Art & Lit

A scintillating return to Homeland

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At last, an American drama that has escaped the clutching talons of Murdoch. Homeland has returned to Channel 4 for a second series, and, by all accounts, we’re in for a treat.

For those new to Homeland (catch up on Season 1 or you’ll end up uncomfortably disorientated), here’s some background. Based upon the Israeli series Hatufim, Homeland follows dual “protagonists” CIA agent Carrie Mathison (Claire Danes) and ex-US Marine Nicholas Brody (Damien Lewis) through the murky world of espionage, terrorism and US politics. Unsurprisingly, it’s not always entirely clear which is which.

When Brody appears after eight years as a POW, Carrie is unconvinced by his hero’s welcome and goes to extreme lengths to expose him. Her hunch is not unfounded – it transpires that Brody has a classic case of Stockholm syndrome. But clearly defined moralities are nonexistent in Homeland – sympathies are malleable creatures. I run the risk of spoilers by saying any more, so if you’re desperate to ruin the viewing experience, go away, try a sly Google and you’ll be up to speed. Then come back. Please. The first season ended with high-octane panache and many unanswered questions, and it’s these that need answering in Series 2.

We begin with Carrie, who is gardening. This is all part of her rehab; according to her sister, she’s in a “good place”. However, as we are tantalisingly reminded by Carrie’s father, that “depends on how you define good”, the philosophy that lies at the heart of Homeland. Brody, too, is living the high life as the reprehensible Veep Walden’s running partner for the upcoming presidential elections.

Ooh, Homeland, so very topical.

Just to prove the point, Carrie’s recuperation is set to a backdrop of news coverage of violent anti-American protests in Beirut. These scenes of stars-and-stripes desecration were shot prior to the recent protests against the anti-Islamic film (spooky), but the timing couldn’t be more apt. Homeland sets itself firmly within its context, and it works. From the dodgy presidential election campaigns to the frightening prevalence of Islamophobia, Homeland has its finger firmly on America’s pulse. One example features Brody’s daughter, Dana, who seems to be little more than a pawn in the morality game (frankly, she’s too irritating to be anything else). During a debate at her prep school, Dana confronts a tartan-clad tosser called Tad who exemplifies the bigoted attitudes of the brainwashed. He volunteers several illuminations:  “the Arab religion doesn’t value life the way we do”, for example – an all-American nuke or two would sort that right out.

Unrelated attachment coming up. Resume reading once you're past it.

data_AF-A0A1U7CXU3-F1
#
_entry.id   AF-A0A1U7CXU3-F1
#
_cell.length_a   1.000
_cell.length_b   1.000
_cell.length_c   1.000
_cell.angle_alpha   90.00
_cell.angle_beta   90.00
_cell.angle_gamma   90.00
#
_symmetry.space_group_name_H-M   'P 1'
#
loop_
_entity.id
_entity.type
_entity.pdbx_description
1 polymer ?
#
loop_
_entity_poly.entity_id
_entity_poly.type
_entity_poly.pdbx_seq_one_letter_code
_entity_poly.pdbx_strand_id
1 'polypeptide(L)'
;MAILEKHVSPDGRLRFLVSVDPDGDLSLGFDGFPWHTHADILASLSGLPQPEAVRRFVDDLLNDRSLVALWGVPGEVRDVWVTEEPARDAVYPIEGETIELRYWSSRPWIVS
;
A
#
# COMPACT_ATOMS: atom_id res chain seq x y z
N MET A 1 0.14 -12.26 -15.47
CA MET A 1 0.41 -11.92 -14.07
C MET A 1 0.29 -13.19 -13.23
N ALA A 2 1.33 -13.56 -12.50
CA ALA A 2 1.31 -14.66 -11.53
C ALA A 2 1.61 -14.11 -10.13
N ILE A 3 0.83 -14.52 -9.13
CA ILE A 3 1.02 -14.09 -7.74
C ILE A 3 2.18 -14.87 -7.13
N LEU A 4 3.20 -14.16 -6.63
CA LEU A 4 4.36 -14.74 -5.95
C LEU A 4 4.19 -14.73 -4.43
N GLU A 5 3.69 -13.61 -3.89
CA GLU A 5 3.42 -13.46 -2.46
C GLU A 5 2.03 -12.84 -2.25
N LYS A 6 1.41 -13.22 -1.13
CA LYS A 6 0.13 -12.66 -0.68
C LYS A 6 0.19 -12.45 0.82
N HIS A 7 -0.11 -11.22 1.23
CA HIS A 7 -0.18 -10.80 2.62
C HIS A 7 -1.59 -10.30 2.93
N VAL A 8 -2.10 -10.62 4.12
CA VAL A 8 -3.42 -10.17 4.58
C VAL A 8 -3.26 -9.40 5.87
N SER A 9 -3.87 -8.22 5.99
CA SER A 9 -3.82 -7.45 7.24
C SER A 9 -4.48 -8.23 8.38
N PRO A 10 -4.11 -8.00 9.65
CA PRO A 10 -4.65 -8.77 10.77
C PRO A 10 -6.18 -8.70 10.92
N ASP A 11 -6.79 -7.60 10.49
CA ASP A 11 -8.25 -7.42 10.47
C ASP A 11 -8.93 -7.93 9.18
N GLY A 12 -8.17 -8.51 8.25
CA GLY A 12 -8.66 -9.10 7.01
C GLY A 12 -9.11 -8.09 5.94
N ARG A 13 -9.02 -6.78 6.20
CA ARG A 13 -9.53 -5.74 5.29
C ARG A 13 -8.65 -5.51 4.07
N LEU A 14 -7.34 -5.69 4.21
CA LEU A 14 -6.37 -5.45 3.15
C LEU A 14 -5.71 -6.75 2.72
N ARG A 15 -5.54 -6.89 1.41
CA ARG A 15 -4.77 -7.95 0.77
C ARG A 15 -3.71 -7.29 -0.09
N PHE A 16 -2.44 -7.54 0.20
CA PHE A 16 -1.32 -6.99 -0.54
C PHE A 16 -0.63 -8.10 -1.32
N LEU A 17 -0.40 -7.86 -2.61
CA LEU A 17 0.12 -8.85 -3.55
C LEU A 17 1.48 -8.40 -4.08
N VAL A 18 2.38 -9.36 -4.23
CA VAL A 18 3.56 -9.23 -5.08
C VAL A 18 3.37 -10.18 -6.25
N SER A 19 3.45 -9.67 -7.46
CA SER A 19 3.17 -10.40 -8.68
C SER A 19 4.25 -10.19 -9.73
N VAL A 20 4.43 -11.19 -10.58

In the words of Dana: “douche”.

Anyway, Carrie and Brody can run from their past, but they certainly can’t hide. Carrie is soon plucked from her ordered world (where her greatest thrill is homemade lasagne) and plunged back into the CIA. Brody is approached by a friend of a friend who convinces him to access the details of potential targets for a terrorist – sorry – retaliation attack upon civilians. However, neither is explicitly condemned nor praised. Homeland points out the similarities between two apparent gulfs; both lie, cheat and act in their own interests while soliciting our sympathies. Overt points of comparison are made between Carrie and Brody through structural parallels: both betray the worlds they are supposed to represent;  both have socially ‘unacceptable’ traits – Carrie the bipolar agent, Brody the Muslim congressman. Homeland succeeds at baiting internal prejudices and making its audience feel uncomfortable, not only with the world but with itself. Big things are promised for this series; let’s hope it delivers.

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